Bundestag kick starts the next episode of the Greek tragedy

A view of the plenary chamber, German Bundestag/Unger

A view of the plenary chamber, German Bundestag.

It’s quite astonishing to watch the German Parliament, the Bundestag, voting on Friday 30 November, with the overwhelming majority of 473 deputies in 584 present, saying yes to a third in a row aid programme for Greece, while all the major media insist, that the public opinion in this country is against any help Berlin should or could offer to Athens. This obvious discrepancy, between political reality and the anti-Greek media “ideological construction”, means that either almost every German deputy does not care much about his or her re-election, an allegation that cannot be true for any politician in the world, or what?

The answer to this “what” is probably the same all over the civilised world, where a good part of major media, printed or electronic, report more “truths” than the one based on facts. Or probably, is it true that the political elite of Germany serve other interests than the long-term welfare of their compatriots?

Given that the right answer to the last question cannot be yes, in more or less normal political circumstances, it must be the media industry which has to be held responsible for the false impression, about what the average German thinks on Greece. True, the German taxpayers hates to pay more taxes to support the “lazy” southerners. It seems however that the majority of voters in this country are convinced for two things. First, they intuitively know that the real cost in actually outgoing money to keep Greece in the Eurozone is negligible, and that the large percentage of aid consists of guarantees, which may cost nothing at the end.

In relation to this they also know for sure that Greece, despite that it has gone bankrupt three times in the past two centuries, it has repaid all its debts to the last cent. Secondly, it is more than certain that the majority of Germans prefer to keep Greece in the single money zone, not only because the cost of a Grexit (Greek exit from Eurozone) may be larger. All well-educated Germans have also an emotional conviction, that modern Europe would be immensely poorer without its direct references to the perennial Greek values of rationalism and democracy, principles that have given the western world a sense of legitimacy for precedence.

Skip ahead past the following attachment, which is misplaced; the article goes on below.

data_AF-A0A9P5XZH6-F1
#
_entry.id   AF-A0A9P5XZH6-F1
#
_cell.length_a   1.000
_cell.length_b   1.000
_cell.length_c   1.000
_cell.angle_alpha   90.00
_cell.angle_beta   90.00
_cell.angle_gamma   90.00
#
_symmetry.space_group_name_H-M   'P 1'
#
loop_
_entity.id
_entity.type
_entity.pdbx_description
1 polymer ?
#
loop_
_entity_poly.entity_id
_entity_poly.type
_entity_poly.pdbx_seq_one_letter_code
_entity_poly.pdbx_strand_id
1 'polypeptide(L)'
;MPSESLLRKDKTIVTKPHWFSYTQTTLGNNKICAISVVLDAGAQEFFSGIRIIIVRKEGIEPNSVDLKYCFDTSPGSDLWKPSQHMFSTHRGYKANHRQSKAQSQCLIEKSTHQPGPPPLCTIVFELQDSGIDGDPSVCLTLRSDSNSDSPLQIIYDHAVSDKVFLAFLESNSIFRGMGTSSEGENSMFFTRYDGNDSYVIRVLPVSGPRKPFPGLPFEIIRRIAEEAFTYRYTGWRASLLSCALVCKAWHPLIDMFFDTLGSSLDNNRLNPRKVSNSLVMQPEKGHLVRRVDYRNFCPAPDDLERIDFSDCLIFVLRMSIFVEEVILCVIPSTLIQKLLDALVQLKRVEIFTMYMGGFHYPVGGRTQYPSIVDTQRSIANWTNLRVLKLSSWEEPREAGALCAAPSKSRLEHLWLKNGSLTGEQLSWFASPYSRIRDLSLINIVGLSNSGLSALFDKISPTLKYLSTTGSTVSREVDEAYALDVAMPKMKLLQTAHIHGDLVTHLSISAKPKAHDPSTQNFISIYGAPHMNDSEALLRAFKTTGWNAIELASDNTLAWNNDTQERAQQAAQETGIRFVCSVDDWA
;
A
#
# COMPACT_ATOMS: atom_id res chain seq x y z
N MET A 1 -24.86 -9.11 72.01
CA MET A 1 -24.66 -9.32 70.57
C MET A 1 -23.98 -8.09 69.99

Lower Greek debt

Now coming back to earth this vote in the Bundestag, opens the way for the application of the third Memorandum of Understanding (MoU), Greece is to sign in mid-December with the troika of its creditors/auditors, comprising the European Commission, the European Central Bank and the International Monetary Fund. The new MoU provides for a package of more loans and other facilities. The initial disbursement would be of a total amount of €43.7 billion, €34.4 billion of which will be disbursed in December. The remainder will be paid in three sub-tranches in the first quarter of 2013 and will be linked to the implementation of agreed “milestone” actions by the Greek government.

Before any disbursement is released however, on the insistence of the IMF, Eurozone, through its European Financial Stability Facility/European Stability Mechanism has to buy back Greek debt. The buy-back should cover debt paper of a nominal value of at least €30 billion, while the real price to be paid should not exceed €10 billion or something around it. The idea is that holders of Greek bonds may accept to sell them at current prices, presently not exceeding 30% of nominal values in the secondary market.

This operation will be conducted because IMF insisted that new targets for the Greek debt level have to be established, with a figure for the debt-to-GDP ratio of 124% in 2020, to decline to substantially below 110% in 2022 and continue falling significantly thereafter. If those new targets are not served with today’s action, the IMF would consider the Greek debt unsustainable and therefore the Fund cannot go on participating in the troika.

To avoid this tragedy, Eurozone decided to proceed to this buy back of Greek debt in the first ten days of December. The operation is expected to star on Monday 3 December and will last for one week. Athens will kick-start the auction, by issuing an invitation to private debt holders, asking them to participate voluntarily and offer for sale the bonds they hold. Information from the Greek capital says that those Greek bonds are of a total nominal value of €60 billion, with half of them held by Greek agents, of whom the banks account for €17 billion. Markets will be holding their breath until the exercise is concluded successfully.

A view of the plenary chamber, German Bundestag/Unger

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